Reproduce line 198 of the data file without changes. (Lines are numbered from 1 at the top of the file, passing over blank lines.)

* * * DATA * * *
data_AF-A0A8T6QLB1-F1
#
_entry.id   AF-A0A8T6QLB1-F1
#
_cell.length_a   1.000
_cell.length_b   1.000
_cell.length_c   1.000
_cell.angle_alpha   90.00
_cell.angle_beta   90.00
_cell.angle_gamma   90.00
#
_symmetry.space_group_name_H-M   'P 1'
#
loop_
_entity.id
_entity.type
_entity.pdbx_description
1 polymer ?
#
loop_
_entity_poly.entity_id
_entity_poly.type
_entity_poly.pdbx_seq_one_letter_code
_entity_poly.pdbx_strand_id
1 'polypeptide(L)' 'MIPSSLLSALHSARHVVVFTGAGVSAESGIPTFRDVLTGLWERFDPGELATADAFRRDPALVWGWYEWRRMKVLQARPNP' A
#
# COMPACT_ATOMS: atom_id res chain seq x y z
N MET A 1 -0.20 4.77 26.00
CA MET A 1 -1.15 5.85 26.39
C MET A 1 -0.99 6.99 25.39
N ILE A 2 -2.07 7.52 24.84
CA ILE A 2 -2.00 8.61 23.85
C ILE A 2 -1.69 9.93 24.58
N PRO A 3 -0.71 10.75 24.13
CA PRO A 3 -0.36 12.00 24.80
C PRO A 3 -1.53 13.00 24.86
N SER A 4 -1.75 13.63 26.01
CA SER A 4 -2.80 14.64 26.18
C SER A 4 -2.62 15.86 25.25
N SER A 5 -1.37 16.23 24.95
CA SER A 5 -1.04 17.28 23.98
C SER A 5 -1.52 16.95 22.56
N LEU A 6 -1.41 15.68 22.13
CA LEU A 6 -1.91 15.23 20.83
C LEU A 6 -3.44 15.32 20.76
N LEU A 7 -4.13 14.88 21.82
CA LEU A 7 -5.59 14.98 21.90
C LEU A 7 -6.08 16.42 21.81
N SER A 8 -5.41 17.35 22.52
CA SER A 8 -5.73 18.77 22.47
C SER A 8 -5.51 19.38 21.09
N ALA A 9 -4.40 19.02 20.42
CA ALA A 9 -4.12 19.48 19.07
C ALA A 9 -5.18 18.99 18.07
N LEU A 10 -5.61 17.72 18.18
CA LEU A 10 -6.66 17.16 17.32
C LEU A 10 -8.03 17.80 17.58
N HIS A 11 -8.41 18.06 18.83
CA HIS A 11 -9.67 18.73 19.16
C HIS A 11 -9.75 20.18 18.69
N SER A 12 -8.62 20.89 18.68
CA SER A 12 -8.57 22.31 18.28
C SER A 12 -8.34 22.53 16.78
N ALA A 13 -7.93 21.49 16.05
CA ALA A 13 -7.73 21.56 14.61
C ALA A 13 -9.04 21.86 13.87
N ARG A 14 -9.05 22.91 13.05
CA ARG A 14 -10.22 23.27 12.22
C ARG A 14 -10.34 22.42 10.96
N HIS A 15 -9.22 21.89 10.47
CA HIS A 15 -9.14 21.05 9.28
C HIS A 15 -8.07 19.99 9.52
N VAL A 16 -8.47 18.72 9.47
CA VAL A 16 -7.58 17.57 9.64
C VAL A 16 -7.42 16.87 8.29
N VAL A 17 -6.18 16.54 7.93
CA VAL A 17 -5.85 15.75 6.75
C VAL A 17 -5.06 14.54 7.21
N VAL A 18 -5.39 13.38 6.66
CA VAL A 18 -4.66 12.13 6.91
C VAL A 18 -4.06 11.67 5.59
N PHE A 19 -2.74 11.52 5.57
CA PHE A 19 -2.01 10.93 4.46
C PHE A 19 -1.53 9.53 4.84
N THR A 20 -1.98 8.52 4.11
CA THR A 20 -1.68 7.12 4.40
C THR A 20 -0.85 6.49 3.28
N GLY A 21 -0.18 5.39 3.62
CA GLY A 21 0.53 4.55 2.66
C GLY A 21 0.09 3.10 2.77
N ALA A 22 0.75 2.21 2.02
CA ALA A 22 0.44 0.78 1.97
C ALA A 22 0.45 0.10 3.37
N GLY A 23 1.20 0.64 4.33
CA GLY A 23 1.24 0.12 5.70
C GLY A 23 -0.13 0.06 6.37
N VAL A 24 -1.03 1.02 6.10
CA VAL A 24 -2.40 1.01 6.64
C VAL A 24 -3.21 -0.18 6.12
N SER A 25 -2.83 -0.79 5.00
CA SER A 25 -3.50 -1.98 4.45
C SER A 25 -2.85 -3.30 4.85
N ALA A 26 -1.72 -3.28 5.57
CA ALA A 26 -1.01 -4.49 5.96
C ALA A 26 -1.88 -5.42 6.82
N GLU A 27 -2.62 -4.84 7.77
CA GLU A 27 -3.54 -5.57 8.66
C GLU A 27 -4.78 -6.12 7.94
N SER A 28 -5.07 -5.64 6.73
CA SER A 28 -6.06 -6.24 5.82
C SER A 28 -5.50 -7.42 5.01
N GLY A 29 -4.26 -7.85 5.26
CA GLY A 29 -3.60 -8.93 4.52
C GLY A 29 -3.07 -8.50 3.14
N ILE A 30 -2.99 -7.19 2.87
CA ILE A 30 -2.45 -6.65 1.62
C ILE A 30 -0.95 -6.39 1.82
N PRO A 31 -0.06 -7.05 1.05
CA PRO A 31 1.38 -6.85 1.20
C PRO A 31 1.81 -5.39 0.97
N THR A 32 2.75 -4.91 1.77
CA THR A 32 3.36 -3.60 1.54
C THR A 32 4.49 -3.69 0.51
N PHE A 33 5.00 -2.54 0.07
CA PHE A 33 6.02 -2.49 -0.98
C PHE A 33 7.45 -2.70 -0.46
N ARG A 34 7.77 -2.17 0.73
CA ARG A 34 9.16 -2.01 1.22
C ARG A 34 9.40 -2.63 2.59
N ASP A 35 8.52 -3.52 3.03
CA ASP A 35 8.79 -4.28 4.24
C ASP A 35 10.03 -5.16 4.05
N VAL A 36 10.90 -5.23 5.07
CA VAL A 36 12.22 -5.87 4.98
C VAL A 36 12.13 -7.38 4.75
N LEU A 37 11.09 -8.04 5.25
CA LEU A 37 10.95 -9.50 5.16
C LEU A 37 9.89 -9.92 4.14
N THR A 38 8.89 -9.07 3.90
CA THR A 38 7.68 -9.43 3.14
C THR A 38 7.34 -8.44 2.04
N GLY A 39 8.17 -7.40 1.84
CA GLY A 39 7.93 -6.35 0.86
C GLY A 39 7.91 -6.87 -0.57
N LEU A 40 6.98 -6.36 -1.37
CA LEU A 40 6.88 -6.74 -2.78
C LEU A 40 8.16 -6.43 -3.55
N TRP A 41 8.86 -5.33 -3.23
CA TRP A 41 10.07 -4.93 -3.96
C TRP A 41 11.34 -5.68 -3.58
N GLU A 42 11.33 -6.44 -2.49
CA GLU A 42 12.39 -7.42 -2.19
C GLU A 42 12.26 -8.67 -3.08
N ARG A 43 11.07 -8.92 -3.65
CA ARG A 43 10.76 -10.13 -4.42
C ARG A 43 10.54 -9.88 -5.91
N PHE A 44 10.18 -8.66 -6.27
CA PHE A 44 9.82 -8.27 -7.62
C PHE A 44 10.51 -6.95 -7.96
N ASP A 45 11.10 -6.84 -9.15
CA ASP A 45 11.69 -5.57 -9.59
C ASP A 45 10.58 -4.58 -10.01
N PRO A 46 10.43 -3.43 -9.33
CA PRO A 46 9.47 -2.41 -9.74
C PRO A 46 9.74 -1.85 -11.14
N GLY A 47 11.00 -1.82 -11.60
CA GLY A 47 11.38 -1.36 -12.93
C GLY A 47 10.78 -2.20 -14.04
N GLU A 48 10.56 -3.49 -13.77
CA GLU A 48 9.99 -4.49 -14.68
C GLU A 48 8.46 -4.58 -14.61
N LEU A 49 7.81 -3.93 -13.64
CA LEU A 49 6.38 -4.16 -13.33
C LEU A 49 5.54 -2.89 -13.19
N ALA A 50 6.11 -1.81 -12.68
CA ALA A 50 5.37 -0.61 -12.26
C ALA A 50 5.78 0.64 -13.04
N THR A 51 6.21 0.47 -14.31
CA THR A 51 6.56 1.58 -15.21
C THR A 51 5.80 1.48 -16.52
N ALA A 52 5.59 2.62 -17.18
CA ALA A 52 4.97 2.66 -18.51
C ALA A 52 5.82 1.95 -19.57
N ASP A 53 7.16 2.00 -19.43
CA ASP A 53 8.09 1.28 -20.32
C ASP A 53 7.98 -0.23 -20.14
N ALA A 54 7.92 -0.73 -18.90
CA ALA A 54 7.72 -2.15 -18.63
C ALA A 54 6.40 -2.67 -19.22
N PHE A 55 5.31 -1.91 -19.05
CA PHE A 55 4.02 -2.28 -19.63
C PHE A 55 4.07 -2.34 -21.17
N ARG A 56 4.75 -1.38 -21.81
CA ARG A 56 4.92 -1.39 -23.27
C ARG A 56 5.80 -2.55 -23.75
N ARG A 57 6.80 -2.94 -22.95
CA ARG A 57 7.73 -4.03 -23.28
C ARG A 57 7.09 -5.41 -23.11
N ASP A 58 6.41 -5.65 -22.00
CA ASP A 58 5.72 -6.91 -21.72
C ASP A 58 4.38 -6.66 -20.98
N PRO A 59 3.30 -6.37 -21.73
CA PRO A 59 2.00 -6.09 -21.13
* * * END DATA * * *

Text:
C ARG A 57 7.09 -5.41 -23.11